Links and other sources
about George Coulouris, actor

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Wikipedia Entry

A brief but accurate summary of George's life.

Mercury Theatre on the Air

This web site has details and full-length recordings of all of the radio dramas broadcast by Orson Welles' Mercury Theatre Company during 1938. George Coulouris featured in many of them - though not in the famous (or infamous) War of the Worlds broadcast!

Simon Callow's book 'Orson Welles: the Road to Xanadu'

Has a lot of material on George's participation in the Mercury Theatre's 1937-8 productions on Broadway. [Note: his name is mis-spelled as 'Colouris' in the index.]

The Holloway Pages: Welles' Shakespeare

This page includes several interesting photographs featuring George as Marc Anthony in the 1937 Mercury Theatre production of Julius Caesar in modern dress.

Internet Movie Database (IMDB) entry on George Coulouris

Entry in online Encyclopaedia Britannica:

Coulouris, George

b. Oct. 1, 1903, Manchester, England
d. April 25, 1989, London

British actor known for his portrayals of villianous characters such as Count Teck de Brancovis in both the stage (1941) and screen (1943) versions of Lillian Hellman's Watch on the Rhine.

Coulouris studied at the Central School of Speech and Drama in London; he made his stage debut there in 1926 and his Broadway debut three years later. He drew critical acclaim for his performance as Yank in the 1928 Cambridge Festival Theatre production of Eugene O'Neill's The Hairy Ape. As an original member of Orson Welles's Mercury Theatre, Coulouris played Marc Antony in that company's staging of Julius Caesar (1937). After appearing with Welles in the film Citizen Kane (1941), Coulouris moved easily between motion pictures and the theatre on both sides of the Atlantic Ocean. His notable films include None but the Lonely Heart (1944), An Outcast of the Islands (1951), I Accuse (1958), Mahler (1974), and The Long Good Friday (1980).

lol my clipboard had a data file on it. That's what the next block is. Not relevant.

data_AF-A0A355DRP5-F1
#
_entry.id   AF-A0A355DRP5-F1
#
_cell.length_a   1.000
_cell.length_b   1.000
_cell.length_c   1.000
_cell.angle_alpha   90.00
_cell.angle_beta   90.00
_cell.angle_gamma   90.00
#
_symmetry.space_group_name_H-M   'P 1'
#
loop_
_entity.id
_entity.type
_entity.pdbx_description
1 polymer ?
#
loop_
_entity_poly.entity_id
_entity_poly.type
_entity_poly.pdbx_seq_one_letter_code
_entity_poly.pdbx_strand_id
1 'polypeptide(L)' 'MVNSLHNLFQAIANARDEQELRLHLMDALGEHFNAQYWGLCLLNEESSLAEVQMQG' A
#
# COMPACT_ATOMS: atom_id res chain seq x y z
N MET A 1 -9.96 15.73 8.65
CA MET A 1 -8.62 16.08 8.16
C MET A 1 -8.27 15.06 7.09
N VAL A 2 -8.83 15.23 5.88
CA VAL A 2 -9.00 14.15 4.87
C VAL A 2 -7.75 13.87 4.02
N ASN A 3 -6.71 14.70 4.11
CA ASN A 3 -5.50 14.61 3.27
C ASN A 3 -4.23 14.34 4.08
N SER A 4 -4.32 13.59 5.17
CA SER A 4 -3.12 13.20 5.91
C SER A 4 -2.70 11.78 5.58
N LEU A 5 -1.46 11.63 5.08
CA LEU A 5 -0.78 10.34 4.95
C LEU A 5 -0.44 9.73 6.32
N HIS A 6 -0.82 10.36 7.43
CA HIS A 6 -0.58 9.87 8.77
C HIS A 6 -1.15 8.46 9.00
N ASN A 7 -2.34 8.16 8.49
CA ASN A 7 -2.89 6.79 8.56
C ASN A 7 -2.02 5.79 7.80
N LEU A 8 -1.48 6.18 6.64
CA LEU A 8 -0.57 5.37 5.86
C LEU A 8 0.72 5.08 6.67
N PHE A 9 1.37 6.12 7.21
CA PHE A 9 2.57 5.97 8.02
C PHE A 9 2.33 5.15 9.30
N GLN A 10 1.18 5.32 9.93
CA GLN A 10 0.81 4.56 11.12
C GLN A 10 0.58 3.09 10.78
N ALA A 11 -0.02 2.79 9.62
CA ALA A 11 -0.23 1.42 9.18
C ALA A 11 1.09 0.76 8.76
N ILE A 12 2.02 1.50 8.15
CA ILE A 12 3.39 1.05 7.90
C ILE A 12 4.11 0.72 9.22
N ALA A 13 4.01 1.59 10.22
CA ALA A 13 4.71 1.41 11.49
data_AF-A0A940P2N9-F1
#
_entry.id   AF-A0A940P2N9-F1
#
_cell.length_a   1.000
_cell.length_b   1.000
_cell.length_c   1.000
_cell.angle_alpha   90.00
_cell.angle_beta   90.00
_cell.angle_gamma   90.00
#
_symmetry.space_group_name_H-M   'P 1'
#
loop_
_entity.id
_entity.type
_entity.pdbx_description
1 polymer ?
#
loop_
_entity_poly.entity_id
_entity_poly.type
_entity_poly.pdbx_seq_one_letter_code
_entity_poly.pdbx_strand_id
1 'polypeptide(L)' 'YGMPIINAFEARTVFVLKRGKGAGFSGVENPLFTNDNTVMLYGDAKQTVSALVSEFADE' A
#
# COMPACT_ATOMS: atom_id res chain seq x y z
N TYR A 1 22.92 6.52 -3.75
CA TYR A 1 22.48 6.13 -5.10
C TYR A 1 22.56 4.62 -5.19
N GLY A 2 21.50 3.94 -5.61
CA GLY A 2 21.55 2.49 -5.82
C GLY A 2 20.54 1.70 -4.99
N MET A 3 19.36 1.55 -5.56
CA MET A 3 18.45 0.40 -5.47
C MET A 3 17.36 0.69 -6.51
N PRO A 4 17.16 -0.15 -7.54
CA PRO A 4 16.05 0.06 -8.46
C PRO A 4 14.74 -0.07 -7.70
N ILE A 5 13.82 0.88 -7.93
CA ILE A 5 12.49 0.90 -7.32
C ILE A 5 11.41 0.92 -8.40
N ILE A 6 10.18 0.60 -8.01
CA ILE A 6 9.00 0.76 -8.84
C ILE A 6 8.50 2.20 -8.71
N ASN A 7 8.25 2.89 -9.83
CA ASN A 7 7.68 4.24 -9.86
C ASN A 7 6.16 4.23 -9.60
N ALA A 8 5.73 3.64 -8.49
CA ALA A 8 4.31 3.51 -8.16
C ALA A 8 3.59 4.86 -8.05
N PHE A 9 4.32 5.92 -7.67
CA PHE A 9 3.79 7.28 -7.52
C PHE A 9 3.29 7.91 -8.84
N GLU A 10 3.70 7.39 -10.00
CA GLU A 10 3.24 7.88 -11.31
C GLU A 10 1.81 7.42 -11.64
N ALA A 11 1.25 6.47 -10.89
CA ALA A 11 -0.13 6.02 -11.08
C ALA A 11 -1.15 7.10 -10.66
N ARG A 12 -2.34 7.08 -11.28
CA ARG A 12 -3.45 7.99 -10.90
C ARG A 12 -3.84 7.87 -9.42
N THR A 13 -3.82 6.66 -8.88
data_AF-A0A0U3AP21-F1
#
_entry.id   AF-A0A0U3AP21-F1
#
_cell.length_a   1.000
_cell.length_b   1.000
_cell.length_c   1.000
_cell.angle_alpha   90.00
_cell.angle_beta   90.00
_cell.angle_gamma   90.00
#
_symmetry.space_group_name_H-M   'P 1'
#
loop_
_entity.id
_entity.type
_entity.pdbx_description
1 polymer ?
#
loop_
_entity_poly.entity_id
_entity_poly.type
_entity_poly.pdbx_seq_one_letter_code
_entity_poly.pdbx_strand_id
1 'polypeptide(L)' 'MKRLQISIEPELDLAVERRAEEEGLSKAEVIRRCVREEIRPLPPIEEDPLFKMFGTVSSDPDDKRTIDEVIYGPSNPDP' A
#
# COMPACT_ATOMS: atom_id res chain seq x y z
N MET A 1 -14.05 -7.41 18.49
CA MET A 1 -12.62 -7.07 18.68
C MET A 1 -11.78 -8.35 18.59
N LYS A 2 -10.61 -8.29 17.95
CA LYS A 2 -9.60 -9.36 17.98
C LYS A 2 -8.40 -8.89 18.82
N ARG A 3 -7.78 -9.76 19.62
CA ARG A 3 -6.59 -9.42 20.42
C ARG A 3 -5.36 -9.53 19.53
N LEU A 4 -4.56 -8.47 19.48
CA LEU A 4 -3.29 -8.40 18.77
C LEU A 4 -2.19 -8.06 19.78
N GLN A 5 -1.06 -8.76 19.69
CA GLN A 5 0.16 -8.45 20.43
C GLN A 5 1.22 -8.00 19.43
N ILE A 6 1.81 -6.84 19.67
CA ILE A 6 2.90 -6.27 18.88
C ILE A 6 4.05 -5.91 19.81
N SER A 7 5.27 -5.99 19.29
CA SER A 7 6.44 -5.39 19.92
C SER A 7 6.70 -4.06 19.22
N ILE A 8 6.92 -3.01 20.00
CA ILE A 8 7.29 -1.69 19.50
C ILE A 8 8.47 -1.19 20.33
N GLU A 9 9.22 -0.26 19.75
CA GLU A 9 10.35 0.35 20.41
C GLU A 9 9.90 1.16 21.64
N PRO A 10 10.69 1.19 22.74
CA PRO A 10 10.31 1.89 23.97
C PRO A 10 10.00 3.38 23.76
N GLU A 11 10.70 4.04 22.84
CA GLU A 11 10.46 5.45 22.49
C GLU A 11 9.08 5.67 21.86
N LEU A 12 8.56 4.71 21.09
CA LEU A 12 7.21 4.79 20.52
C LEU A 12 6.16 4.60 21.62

John Housemans Memoirs, Unfinished Business, Applause Theatre Books 1989, ISBN: 155783024X (available at Amazon).

Houseman was a close associate of Orson Welles in the 30s (before falling out with him in the 40s). He discusses the Mercury Theatre experience, with commentary on GC's performance of Mark Anthony. He also describes the Citizen Kane saga (without reference to GC, since Houseman was involved only at the script writing stage).

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Compiled by George Coulouris jr, December 2000, Updated 2009.